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Diamond Dogs, Turquoise Days

Alastair Reynolds

Average Review Rating Average Rating 9/10 (1 Review)
Book Details

Publisher : Gollancz

Published : 2003

Copyright : Alastair Reynolds 2003

ISBN-10 : PB 0-575-07516-3
ISBN-13 : PB 978-0-575-07516-0

Publisher's Write-Up

Two scintillating stories from science fiction's hottest new talent.

Just when you thought it was safe to go back into interstellar space...

Alastair Reynolds burst onto the SF scene with the Arthur C. Clarke Award-shortlisted Revelation Space, British Science Fiction Award-winning Chasm City, and Redemption Ark. Now experience the phenomenal imagination and breathtaking vision of 'The most exciting space opera writer working today' (Locus) in these two tales of high adventure set in the same universe as his novels. The title story, Diamond Dogs, tells of a group of mercenaries trying to unravel the mystery of a particularly inhospitable alien tower on a distant world; Turquoise Days is about Naqi, who has devoted her life to studying the alien Pattern Jugglers.

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Review by Paul Lappen (300605) Rating (9/10)

Review by Paul Lappen
Rating 9/10
The first of these two novellas, set in the author's 'Revelation Space' universe, is about an alien tower, obviously part of a long-dead civilization, on a desolate planet. Decomposed bodies and body parts around the base show that extreme care is a very good idea. A man named Childe assembles a group of people to explore the tower from the inside, including Richard Swift, an old friend, and Doctor Trintingnant. The doctor is famous, or infamous, for removing organs or limbs from people, and replacing them with their artificial equivalent, not always with the patient's consent. Therefore, he experimented on his only willing patient, himself.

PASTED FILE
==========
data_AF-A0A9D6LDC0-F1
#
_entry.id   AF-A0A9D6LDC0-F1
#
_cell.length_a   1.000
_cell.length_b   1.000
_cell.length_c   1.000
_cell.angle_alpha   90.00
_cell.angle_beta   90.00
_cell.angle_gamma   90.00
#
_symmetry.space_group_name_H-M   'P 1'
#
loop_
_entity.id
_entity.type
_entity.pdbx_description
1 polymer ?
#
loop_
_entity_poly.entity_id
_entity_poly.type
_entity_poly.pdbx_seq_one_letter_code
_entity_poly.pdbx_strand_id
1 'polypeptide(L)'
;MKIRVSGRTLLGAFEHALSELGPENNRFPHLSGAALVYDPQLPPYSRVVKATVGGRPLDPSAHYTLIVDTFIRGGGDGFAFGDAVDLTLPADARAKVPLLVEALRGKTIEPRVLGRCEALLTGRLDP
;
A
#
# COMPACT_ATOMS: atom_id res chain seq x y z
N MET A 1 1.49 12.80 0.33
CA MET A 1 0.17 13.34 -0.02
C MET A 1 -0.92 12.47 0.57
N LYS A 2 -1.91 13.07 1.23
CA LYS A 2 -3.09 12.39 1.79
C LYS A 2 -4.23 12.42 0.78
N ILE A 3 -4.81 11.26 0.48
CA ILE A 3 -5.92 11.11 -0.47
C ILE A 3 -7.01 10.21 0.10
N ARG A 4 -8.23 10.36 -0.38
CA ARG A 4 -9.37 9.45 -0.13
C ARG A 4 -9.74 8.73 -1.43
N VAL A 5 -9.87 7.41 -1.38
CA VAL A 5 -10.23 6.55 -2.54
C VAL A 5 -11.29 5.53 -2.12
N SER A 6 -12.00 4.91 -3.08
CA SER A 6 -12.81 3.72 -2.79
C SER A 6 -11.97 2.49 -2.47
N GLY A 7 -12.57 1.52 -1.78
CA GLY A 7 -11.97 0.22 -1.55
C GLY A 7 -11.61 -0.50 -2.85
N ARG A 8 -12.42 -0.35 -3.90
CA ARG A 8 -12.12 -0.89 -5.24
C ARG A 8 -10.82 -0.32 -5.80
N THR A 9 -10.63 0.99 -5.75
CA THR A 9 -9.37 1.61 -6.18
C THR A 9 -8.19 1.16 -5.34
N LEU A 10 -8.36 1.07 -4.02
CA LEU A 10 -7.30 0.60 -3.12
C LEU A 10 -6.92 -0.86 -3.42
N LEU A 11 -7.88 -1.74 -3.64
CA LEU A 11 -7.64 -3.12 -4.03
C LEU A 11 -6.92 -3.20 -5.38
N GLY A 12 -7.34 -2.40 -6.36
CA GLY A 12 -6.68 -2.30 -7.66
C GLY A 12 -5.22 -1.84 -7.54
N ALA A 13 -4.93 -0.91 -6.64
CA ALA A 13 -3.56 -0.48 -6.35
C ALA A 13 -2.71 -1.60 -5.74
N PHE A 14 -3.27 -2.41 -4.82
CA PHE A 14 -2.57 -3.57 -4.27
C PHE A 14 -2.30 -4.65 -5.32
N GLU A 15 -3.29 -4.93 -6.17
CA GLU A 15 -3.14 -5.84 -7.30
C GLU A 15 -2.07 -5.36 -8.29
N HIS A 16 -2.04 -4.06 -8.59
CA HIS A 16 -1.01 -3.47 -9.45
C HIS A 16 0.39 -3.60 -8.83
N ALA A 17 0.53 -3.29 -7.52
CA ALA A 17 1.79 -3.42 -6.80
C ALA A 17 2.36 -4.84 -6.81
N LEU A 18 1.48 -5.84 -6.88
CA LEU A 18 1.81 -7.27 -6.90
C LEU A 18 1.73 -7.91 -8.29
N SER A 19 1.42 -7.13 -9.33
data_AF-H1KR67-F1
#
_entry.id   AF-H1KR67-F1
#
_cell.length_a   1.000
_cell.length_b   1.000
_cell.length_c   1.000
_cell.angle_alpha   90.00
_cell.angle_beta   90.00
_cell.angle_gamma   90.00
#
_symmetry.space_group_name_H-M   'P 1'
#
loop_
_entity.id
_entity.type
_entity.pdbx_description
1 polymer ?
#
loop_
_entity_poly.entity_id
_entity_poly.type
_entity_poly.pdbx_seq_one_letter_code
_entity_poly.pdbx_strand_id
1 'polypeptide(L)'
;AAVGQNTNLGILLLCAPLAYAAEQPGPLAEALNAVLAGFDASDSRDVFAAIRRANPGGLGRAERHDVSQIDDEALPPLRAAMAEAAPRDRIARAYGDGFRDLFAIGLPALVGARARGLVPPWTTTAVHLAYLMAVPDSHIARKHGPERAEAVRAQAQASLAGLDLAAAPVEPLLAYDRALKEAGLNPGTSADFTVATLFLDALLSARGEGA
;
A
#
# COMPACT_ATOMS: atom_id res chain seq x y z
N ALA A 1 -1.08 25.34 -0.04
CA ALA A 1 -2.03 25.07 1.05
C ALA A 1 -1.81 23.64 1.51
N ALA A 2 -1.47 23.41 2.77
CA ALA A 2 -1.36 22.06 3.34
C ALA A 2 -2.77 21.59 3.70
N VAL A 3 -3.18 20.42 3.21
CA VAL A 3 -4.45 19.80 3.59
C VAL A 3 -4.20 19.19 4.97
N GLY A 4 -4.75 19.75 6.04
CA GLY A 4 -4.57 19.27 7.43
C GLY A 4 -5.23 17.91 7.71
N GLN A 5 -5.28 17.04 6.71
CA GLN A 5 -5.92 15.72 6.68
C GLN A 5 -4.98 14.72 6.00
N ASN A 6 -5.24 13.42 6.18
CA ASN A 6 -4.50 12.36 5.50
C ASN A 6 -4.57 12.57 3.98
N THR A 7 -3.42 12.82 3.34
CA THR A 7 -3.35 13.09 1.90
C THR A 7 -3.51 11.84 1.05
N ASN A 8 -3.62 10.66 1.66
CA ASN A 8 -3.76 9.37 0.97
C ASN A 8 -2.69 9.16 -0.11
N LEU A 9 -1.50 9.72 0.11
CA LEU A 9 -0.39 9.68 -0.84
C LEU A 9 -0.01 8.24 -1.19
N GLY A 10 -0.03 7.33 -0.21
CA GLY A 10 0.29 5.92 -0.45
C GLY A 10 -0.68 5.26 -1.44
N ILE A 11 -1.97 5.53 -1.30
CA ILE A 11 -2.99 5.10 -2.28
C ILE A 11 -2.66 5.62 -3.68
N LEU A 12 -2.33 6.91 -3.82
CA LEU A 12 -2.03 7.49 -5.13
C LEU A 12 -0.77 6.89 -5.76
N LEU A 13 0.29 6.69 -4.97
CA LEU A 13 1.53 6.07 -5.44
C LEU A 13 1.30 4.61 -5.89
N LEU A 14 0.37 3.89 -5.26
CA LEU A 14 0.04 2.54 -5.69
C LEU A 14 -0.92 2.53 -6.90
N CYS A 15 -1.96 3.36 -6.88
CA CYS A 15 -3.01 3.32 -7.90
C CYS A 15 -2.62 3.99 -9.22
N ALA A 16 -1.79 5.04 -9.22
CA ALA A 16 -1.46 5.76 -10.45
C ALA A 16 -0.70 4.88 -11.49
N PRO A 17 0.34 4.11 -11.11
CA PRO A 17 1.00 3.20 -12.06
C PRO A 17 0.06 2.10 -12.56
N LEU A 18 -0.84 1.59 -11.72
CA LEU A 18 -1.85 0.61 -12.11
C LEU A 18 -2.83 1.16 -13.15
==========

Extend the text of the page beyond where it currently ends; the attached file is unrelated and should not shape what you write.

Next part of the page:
The tower consists of a series of rooms. Entrance to the next room is gained by solving a very high-level mathematical puzzle. After a while, the tower begins to impose a time limit on the decision-making process. After retreating from one disastrous room, where one member is killed, and several limbs are chopped off (happily replaced by the doctor), the rest of the group says no more. Childe and Swift determine that artificial limbs and organs are less prone to attack by the tower than organic, so they have Dr. T turn them into something like an artificial greyhound dog, and return to the tower. In examining the bodies around the base of the tower, the doctor determines that, genetically, they all come from the same person. The question is also raised as to how Childe knew just what sort of people would be needed to explore the tower, if, as he claims, this is his first visit.

The second story takes place on Turquoise, a planet whose ocean is inhabited by Pattern Jugglers, a one-celled aquatic organism capable of recording the memories of any being who joins their collective consciousness. Naqi Okpik is among those studying the Jugglers, until Mina, her sister, becomes part of the Juggler consciousness.

One day, an interstellar trading vessel stops by for a visit, a once-in-a-lifetime event for the isolated people of Turquoise. One of the ship's crew, a man named Weir, is acting very strangely. During a tour of the Juggler research station, the rest of the crew attacks, and takes over the station. It seems that many years before, a despot named Ormozd visited the planet, and was absorbed by the Pattern Jugglers. The intention of the attackers is to "download" Ormozd's memories from the Jugglers, and place them into several different people. This is what Weir has come to stop. He takes a boat into a node of Jugglers, with Naqi in hot pursuit. He carries with him a "bomb" to destroy the Juggler's memory storage capability, and also to destroy the memories of everyone ever absorbed by the Jugglers, including Mina, Naqi's sister.

This is another first-rate piece of writing from Reynolds. It would be a good idea to read any of his 'Revelation Space' books first. These novellas are interesting, very well done and highly recommended.

See BookLore's review for Revelation Space, the first book by Alastair Reynolds. Ed.
Paul Lappen (30th June 2005)

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